Maximum Operating Frequency
The 4.3-10 RF connector has been designed as a compact and low PIM replacement to traditional 7/16 DIN connectors, and an iterative improvement over even the more recently developed 4.1/9.5 "Mini-DIN" connector. The 4.3-10 connector features a screw-on, low torque coupling system, with a separation of the electrical from the mechanical plane ensuring performance does not vary with torquing. The series can be supplied as IP67/IP68 certified from leading manufacturers and are an ideal drop-in replacement for broadcast applications utilising 7/16 DIN connectors. Their popularity has been fuelled by the increasing use of multiport and MIMO cellular base station antennas, with their 40% smaller and 60% lighter form factor permitting higher density packing of connectors at the base of each antenna. While the IEC 61169-54 standard states cutoff frequency of 6 GHz, many vendors offer connectors up to 12 and 13 GHz.
As LTE threatened to push mobile broadband data rates past the 100 Mbps barrier, leading vendors recognised the need to develop a new RF connector that met the demand for low PIM, as the higher data rates exposed vulnerabilities in traditional transmission sites. PIM threatened to impose an upper limit on modulation schemes, and thus achievable data rates, by deteriorating signal fidelity. The increasing need for multiport and MIMO antenna systems to facilitate such data rates also meant size and weight became a serious design concern. Beginning 2012, leading vendors (SPINNER, Telegärtner, Rosenberger, and Huber+Suhner) collaborated on the design and developed the new IEC 61169-54 RF connector standard which was released in 2016.
4.3-10 connectors are low PIM by design, described as "virtually PIM free", making them ideal for mobile communication systems and wireless applications. These connectors are able to match the performance and mechanical robustness of a 7/16 connector in a 40% smaller footprint, and as such are suitable for a range of broadcast applications. In addition to being 40% smaller and 60% lighter, the low-torque mating design allows antenna designers to use a lighter mounting frame, further reducing antenna size and weight. The connector also finds its use as a replacement for N connectors in cellular DAS systems requiring PIM certification.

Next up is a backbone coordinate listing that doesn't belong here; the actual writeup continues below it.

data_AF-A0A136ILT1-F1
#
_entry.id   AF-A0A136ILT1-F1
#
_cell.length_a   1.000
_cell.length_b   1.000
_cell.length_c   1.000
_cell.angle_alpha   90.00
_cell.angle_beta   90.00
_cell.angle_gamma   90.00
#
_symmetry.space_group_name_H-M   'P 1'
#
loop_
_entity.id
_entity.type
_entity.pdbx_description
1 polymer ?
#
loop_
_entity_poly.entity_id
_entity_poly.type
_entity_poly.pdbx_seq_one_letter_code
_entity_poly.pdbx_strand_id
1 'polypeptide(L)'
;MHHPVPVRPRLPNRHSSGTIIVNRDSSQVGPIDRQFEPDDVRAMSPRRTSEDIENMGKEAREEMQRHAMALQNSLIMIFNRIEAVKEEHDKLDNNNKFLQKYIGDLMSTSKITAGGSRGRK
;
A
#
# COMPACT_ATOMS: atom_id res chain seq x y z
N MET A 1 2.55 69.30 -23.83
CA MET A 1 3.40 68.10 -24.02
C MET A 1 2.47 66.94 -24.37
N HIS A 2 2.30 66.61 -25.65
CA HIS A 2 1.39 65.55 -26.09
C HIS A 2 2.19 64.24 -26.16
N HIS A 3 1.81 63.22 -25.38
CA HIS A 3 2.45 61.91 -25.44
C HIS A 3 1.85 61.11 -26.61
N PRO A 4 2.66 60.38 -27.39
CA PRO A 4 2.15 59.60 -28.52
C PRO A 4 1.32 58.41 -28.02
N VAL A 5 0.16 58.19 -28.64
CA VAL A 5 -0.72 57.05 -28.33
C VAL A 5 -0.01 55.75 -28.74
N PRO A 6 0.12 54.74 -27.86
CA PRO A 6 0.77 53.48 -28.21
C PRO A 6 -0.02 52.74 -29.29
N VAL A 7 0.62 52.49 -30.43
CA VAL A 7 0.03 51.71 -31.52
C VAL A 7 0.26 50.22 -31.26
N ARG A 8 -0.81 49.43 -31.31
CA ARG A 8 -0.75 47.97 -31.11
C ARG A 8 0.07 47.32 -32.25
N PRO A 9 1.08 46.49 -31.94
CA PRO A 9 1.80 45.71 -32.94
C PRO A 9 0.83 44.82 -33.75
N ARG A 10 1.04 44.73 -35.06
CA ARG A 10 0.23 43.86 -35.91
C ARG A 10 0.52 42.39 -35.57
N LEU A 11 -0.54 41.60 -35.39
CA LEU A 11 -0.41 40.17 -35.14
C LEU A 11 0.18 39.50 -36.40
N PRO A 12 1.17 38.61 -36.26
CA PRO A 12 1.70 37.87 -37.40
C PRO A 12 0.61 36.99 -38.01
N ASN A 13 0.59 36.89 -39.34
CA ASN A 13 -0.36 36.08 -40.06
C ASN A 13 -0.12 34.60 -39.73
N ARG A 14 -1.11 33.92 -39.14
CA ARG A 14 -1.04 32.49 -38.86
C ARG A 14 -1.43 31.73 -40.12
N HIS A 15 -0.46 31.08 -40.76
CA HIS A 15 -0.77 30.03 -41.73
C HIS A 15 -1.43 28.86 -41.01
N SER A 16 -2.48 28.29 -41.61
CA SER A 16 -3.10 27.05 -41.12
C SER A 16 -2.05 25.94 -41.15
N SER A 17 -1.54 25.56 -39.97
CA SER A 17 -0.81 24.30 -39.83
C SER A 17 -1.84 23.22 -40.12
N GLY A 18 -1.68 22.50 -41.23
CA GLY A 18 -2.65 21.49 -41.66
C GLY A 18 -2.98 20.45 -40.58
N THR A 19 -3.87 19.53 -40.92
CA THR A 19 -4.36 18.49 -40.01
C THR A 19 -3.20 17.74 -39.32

IEC 61169-54 defines three variations of the 4.3-10 male interface; screw-on, hand-screw, and quick-lock, with all three mating to a single universal female interface. Due to the design differences all three coupling mechanisms have their advantages and disadvantages and therefore all of them have their place:
- Screw type connectors do not allow a free rotation of the cable but are, due to their higher coupling torque of 5 Nm, very insensitive against opening by torque forces on the cable.
- Generally, the hand-screw and push-pull type connectors are designed to allow rotation of the cable. However, a hand screw coupling mechanism can be opened by applying a pulling and/or bending force together with a torque force. While a push-pull mechanism by design is immune against any undesired opening by torque forces, even in combination with bending and/or pulling forces.
- The mechanical stability of a mated connector pair is at the maximum for screw type couplings. And even though the spring loaded outer conductor contact allows stable PIM values even for push-pull or hand screw connectors and under dynamic conditions, the PIM risk is minimised for screw type connectors.
|Male Dimensions||Female Dimensions|
|Code||Min (mm)||Max (mm)||Code||Min (mm)||Max (mm)|
|A||4.35 nom.||-||A||4.13 nom.||-|
|D||M 20 x 1||-||D||M 20 x 1||-|